Is It a Mermaid? by Candy Gourlay and Francesca Chessa
Benji and Bel have come upon a dugong on a beach, but the Dugong insists she’s a mermaid. With all the right qualities like a tail and the ability to sing, the Dugong is sure she can convince Benji and Bel that she is a mermaid as they traverse the beaches of the Philippines. With self-assurance, confidence, and conviction, the Dugong believes Benji and Bel will come around. Ideal for a lesson on respect, Is It a Mermaid? blends mythology into a humorous story with textured illustrations.
Kitten’s Autumn by Eugenie Fernandes
With curiosity nudging her out of the bounds of her farm, Kitten explores the broader world in the season of fall. There, she discovers caterpillars, chipmunks, and more friends-to-be-made. Young readers will enjoy seeking the charm of Kitten’s world, finding elements particular to autumn. Built from rhyming couplets, the story offers fun rhythmic enjoyment alongside incredible mixed media illustration that leaves room for hours of examination for kids and adults inspired by Kitten’s curiosity.
Melena’s Jubilee: The Story of a Fresh Start by Zetta Elliott and Aaron Boyd
With a new outlook, Melena starts her day off with a commitment to behaving differently. Melena will avoid bickering with her brother, be charitable, share, and more. With a focus on how to live life in the spirit of jubilee, including what kids can do, Melena’s Jubilee celebrates the notion of jubilee and further informs readers with an author’s note on the concept. Mixed media illustrations combine simple and more detailed images, creating a visually interesting book along with the importance of the premise.
Good Morning, Grumple by Victoria Allenby and Manon Gauthier
Not everyone is a morning person, and that is especially true for Grumples. Grumples hate mornings. Told in verse, Good Morning, Grumple is the story of one such child as Grumple’s mother tries some gentle coaxing to get Grumple up and going for the day. Grumple and his mother’s special bond comes through in this difficult morning, illustrated with a layered collage style and an adorable creature of new invention. With Good Morning, Grumple to look forward to, getting up in the morning won’t be so hard.
Bright Sky, Starry City by Uma Krishnaswami and Aimée Sicuro
Tonight is very special — Saturn and Mars will be visible together in the night sky. And what’s more, Phoebe gets to help her dad with the telescopes on the sidewalk. The only threat to their perfect night: city lights. And then the rain comes. It seems that Phoebe won’t get to see Saturn and Mars after all, until the storm brings a power outage before sweeping out of the city. With darkness all around, maybe Phoebe’s dream isn’t lost after all. With magical and charming illustrations, this story also comes with an educational afterword with information about outer space to inspire young readers.
Still My Grandma by Veronique Van Den Abeele and Claude K. Dubois
Camille loves her grandmother. They have such special times together between sleepovers, baking, and other fun activities. But something has changed. Suddenly, Grandma doesn’t remember Camille’s name. Then, she loses her shoes. While Camille isn’t ready to give up, after she learns her grandmother is sick with a disease called Alzheimer’s, she sets herself on a mission to continue carrying on their shared activities in a way that works for them both. A beautiful book on a sensitive and difficult topic, Still My Grandma features similarly gentle art and an unforgettable sense of kindness and warmth.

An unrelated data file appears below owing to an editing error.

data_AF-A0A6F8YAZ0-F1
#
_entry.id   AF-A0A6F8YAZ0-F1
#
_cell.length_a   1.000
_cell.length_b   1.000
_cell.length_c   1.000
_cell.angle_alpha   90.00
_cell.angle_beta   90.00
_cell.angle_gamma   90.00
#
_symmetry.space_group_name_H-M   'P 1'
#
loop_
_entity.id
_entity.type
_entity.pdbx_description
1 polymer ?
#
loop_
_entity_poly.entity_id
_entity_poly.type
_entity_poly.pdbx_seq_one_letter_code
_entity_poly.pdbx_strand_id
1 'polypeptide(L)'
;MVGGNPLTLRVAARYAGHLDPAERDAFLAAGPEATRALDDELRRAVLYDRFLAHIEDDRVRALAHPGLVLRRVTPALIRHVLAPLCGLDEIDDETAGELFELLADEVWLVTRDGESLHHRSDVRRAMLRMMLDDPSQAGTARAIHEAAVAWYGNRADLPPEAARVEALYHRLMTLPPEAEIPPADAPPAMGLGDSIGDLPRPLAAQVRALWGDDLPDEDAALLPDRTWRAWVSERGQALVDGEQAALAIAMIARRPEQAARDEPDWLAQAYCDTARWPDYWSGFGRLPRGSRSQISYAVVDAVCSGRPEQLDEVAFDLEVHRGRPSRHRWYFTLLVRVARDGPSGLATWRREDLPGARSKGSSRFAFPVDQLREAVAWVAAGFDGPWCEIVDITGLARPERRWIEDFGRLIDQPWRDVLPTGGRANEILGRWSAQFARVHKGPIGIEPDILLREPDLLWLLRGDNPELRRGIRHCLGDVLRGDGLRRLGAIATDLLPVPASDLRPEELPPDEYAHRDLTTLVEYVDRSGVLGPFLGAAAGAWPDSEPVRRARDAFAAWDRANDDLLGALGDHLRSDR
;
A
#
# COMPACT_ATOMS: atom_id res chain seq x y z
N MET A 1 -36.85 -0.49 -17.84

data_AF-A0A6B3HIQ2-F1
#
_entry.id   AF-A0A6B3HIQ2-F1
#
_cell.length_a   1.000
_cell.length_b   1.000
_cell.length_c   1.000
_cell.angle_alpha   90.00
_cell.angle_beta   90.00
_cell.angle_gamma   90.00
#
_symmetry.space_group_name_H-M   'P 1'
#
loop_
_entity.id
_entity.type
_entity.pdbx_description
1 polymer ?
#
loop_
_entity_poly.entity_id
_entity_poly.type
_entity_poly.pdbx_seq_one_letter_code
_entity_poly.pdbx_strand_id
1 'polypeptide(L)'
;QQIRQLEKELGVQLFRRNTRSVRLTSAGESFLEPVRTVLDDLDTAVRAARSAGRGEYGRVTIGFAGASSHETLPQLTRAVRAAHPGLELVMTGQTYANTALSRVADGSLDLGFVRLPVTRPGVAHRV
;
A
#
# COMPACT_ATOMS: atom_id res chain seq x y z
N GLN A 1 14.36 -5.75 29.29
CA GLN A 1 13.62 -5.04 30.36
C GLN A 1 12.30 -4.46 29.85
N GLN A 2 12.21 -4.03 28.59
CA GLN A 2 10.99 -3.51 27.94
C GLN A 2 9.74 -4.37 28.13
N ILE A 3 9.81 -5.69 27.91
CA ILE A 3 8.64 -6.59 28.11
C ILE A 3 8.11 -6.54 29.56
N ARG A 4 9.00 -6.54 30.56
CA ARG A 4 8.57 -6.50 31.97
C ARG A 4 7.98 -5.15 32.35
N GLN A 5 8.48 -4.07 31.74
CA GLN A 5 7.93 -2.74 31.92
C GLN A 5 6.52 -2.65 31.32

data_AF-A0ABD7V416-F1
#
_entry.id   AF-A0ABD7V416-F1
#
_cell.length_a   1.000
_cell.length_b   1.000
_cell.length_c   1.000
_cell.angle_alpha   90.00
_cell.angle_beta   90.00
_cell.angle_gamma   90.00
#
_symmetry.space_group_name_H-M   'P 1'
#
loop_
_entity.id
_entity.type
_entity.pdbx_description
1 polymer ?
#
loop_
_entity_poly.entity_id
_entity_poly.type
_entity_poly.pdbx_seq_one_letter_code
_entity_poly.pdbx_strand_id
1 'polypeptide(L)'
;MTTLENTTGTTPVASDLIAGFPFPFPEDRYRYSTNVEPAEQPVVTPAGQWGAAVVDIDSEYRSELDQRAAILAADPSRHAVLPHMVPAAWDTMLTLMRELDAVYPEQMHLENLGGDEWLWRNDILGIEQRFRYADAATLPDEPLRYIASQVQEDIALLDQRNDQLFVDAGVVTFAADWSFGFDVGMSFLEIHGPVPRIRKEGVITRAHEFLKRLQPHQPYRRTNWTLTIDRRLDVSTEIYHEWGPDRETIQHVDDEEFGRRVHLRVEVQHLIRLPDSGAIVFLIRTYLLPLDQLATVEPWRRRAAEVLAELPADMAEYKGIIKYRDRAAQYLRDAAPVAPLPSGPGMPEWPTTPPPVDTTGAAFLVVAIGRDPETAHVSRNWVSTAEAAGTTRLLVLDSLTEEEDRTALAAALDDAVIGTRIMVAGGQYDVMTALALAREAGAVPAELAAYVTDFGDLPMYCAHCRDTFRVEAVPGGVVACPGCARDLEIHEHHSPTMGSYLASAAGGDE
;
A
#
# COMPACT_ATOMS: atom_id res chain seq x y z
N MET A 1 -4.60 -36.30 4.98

Something to Do by David Lucas
The two bears of Something to Do might have nothing to do, but they fortunately have their imaginations. On a journey of inventiveness and ingenuity, these bears are at a loss of how to spend their time until they encounter a stick and begin to draw out creative fantasies to share. With a simple narrative and minimal text, Something to Do pairs its story with a simple art style to help bring out the reader’s imagination alongside their two new bear friends. This one will leave you with a cozy feeling and plenty of ideas of what to do the next time there’s nothing to do.
My Cat Copies Me by Yoon-duck Kwon
Being shy and timid can be difficult, but it can be easier with a friend. When one little girl feels overwhelmed by the world, her trusty cat is there to encourage exploration and pushing boundaries. Kwon employs limited prose to great effect and quietly celebrates gentle growth in My Cat Copies Me’s young main character. Coupled with charming and colorful illustrations full of movement, this picture book leaves readers with confidence mixed with comfort.
I Love Cats! by Sue Stainton and Bob Staake
Fat cats, skinny cats, fluffy cats, bald cats, serious cats, silly cats, and all cats in between, the narrator of I Love Cats! loves them all. While readers explore different kinds of cats throughout the spirited prose, they are also treated to similarly varied illustrations of the many cats discussed. Bold and packed to the edge of each page, the art of I Love Cats! is extraordinarily bold and colorful, giving readers plenty to look at as they take in each unique cat.
Jazzy Miz Mozetta by Brenda C. Roberts and Frank Morrison
Miz Mozetta may not look like she’s up for a party, but the kids of her neighborhood won’t know what hit them. Intending to go out and enjoy the moon, Miz Mozetta is struck by the kids’ music and, even when her friends won’t join her, Miz Mozetta is ready to hit the dance floor, inspiring a trip down Memory Lane. Detailed and deep illustrations bring excitement and movement to each page in this book that will leave you with a song in your heart.
Phoenix Song by Tutu Dutta and Martina Peluso
Arohan may want a guitar more than anything for his birthday, but he is left with a bamboo flute from his grandmother. Known as a xiao, this flute, however, is more than just a flute. Now, Arohan has the opportunity to discover the myths and magic behind the instrument, especially after his brothers go missing and it seems Arohan is the only one who can find them and bring them home. With a slightly haunting illustrative style, Arohan’s mythical story comes to life in Phoenix Song.
Want more picture books to enjoy? Check out this list of picture books for adults. Wondering which picture books are must-reads for 2021? Visit our selection of 25 must-read picture books for children. And if you want more under the radar gems, check out more of the best books you’ve never heard of.